Preliminary inks of Tim Urich as a kid, by Aaron O’Brian.
While the artists were finishing their work, I worked on layout, formatting, and overall arrangement of the book. I rewrote the ending a little bit, did spell check again, added an acknowledgments section, and added my list of resources for the disability community, not all in that specific order. When the cover drawing came in, I mocked up a layout of the front cover. I also mocked up a layout of the back cover with a synopsis and my biographical information. The last change I made before submitting the book to Emil for publication was that I moved the biographical information including a photograph of myself to the last page of the book, instead of the back cover, thereby giving it more room.

Now the book has been turned in for publication. I have yet to pay for the publication and see the final product, but I am very confident that it will turn out well. I am very grateful to my wonderful friends in the comic art business for helping me get this book done. It by far surpasses my wildest dreams.


I have been informed by Emil that there is space for four illustrations, as I have planned. What is news to me, however, is that all four of the illustrations have to be on the cover: one on the front cover, one on the inside front cover, when on the inside back cover, and one on the back cover. I have since edited my mock-up accordingly, and sent it back to my editor, Emil Novak, Sr.

Update 2.0!

Emil Novak, Sr. has come up with a logo for me, and has put it on the cover of the book. He is currently busy working on layout of the interior of the book to send it to the publisher.
The rough draft mockup of the cover, art by Darius Johnson, general layout by Alec Frazier, and draft mockup by Emil Novak, Sr.

Update 3.0!

Emil Novak, Sr. came up with pricing options for me today, March 26, 2014:
#1. For 100 Books the total cost would be $225 for all printing and bookletting.

#2. For 250 books the total cost would be $517.50 for all printing and bookletting.

#3. For 500 books the total cost would be $995 for all printing and bookletting.
I asked him if 150 books was an option, to which he said it was and he would come up with a price for me. He got back to me and said that printing and book letting for 150 books would be $337.50, and that print turn around would only be one day. I stated that I would go with 150, and for each book I would levy a suggested donation of five dollars, except for students for whom it would be three dollars. The money I would make off of selling the books would go towards making back the money spent on publication and getting my business, Autistic Reality, registered with the proper authorities. I also requested that Emil put on the front cover the wheelchair logo and a notification that accessible format copies would be available upon request. The book is now in the phase where it can no longer be edited on a whim, and will shortly be presented to the publisher for printing. Emil should get the invoice for the publishing on Monday, at which point I will pay him the $337.50 cost for publication. I thanked him for making my dreams a reality, and he said, “All I know is, you’re one of Prof Xavier’s gifted mutants,” which has to be one of the biggest compliments I have ever received!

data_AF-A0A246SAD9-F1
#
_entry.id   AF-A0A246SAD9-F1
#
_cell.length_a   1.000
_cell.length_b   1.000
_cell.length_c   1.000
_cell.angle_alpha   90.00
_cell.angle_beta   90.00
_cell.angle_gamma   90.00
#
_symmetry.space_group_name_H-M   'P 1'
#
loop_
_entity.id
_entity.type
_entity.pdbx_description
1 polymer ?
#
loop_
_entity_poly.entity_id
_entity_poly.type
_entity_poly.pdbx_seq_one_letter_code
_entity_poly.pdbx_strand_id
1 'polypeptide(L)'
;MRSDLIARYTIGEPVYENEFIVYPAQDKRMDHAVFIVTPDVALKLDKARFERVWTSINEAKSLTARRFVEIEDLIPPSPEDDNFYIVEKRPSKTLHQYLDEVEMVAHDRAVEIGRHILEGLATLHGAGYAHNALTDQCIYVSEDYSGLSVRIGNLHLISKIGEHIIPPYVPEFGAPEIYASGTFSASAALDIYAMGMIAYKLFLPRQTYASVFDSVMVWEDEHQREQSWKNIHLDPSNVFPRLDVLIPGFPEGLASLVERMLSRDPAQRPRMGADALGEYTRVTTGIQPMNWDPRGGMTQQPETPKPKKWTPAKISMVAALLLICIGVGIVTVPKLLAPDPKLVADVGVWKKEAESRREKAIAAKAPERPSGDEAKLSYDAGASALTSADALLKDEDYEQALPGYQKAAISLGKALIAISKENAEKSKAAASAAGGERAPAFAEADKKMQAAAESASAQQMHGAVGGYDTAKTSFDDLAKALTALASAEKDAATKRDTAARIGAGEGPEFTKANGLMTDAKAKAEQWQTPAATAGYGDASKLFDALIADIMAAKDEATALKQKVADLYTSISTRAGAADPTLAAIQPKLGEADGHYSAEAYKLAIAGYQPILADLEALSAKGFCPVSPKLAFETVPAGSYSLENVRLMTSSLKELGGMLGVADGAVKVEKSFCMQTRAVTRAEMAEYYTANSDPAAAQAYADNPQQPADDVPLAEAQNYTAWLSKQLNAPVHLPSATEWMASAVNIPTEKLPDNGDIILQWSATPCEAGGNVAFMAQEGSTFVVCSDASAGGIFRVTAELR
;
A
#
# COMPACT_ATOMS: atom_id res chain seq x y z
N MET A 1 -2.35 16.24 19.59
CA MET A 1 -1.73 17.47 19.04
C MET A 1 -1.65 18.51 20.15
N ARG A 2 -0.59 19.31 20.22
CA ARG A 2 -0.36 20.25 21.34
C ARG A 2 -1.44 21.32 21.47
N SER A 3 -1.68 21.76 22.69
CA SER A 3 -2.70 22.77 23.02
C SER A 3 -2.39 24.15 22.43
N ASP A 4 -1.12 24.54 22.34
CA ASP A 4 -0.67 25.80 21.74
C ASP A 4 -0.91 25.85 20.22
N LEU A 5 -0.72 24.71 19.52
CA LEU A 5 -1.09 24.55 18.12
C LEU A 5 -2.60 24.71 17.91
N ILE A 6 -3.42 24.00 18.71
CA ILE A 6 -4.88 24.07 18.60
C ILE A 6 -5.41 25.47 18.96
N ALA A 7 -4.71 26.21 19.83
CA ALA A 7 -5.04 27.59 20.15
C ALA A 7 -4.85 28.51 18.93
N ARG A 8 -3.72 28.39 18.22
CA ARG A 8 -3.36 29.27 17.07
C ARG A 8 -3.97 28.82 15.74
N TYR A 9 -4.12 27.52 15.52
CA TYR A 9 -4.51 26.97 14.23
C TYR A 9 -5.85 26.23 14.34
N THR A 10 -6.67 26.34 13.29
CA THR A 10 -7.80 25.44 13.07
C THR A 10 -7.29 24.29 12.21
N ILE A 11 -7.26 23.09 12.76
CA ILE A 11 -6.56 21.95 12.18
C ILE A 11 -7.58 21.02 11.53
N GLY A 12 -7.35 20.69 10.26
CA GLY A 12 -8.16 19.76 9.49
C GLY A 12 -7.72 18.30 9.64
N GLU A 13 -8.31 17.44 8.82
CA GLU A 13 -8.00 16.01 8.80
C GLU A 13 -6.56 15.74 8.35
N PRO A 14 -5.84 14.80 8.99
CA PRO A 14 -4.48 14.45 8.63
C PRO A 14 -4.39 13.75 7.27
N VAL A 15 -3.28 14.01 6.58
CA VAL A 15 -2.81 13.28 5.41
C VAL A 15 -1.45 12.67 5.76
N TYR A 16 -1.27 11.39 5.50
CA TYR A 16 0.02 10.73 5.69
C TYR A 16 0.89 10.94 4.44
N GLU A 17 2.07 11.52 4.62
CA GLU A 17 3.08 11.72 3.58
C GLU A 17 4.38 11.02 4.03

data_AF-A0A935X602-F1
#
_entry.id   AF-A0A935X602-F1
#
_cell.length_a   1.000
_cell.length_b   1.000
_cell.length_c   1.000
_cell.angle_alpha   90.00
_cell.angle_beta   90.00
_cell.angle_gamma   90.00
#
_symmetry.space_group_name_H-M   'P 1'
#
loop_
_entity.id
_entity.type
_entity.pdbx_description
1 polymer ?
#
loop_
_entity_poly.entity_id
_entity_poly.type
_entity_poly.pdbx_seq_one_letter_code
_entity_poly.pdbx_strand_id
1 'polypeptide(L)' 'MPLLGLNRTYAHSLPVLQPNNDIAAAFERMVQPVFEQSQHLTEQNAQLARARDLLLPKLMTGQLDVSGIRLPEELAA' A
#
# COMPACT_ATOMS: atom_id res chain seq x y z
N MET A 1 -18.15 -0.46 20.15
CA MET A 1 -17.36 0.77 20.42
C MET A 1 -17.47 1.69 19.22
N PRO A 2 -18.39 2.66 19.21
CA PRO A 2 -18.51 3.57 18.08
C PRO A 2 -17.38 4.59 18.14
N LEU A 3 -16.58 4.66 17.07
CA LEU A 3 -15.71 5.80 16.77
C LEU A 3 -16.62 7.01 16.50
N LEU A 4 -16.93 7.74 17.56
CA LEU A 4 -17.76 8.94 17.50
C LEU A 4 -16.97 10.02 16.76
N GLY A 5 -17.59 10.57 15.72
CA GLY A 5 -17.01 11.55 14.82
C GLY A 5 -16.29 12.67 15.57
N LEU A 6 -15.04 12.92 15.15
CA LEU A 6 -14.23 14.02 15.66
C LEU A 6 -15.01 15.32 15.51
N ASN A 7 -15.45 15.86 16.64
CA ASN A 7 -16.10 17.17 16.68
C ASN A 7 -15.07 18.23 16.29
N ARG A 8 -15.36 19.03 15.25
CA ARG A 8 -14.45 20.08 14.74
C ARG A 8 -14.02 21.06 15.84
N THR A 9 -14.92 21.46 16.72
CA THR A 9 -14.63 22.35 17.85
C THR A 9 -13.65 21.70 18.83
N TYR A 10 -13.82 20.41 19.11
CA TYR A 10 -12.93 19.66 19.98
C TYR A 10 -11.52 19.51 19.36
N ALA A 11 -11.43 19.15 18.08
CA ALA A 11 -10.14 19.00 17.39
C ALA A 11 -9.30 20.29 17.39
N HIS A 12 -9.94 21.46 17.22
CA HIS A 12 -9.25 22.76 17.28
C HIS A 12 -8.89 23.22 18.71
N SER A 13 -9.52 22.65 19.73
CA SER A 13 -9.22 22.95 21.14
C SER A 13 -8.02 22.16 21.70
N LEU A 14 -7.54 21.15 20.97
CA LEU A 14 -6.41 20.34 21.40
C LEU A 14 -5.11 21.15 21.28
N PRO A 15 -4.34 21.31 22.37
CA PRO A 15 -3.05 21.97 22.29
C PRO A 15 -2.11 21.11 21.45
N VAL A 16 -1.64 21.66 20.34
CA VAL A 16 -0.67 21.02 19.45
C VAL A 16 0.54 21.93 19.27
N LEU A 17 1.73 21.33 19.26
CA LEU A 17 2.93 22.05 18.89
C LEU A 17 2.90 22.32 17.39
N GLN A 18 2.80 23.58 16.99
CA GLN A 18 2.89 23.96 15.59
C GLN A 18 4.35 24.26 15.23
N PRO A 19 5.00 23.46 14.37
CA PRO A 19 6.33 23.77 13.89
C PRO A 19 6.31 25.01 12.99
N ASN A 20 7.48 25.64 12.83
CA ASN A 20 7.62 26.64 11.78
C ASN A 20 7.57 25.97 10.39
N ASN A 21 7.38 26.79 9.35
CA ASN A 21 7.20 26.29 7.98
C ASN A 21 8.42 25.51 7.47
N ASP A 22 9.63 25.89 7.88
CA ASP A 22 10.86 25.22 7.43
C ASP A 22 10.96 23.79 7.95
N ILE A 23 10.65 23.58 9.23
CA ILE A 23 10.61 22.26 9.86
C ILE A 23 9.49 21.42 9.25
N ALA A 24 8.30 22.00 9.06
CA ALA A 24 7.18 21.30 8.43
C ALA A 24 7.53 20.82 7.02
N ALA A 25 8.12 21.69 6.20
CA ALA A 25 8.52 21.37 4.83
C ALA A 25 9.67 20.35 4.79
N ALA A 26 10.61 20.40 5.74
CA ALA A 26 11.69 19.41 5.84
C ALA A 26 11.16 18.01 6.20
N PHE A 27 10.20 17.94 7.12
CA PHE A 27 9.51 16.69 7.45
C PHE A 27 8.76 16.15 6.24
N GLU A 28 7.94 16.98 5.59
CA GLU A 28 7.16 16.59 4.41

This blog posting is both the personal opinion of Alec Frazier, and the professional policy of his advocacy firm, Autistic Reality. If you oppose it, please screen grab it! We are very proud of this opinion!


Blue Sky said...

My friend, this very good news. I am always willing to help people of the alternative publishing scene, if it's music or art or writing. So tell me what I can do for you. Alles Liebe, uncle Al :o)=

Donald said...

Congratulations! It helps that you've been so attentive to the process, which is not unlike hundreds of small presses all over the country.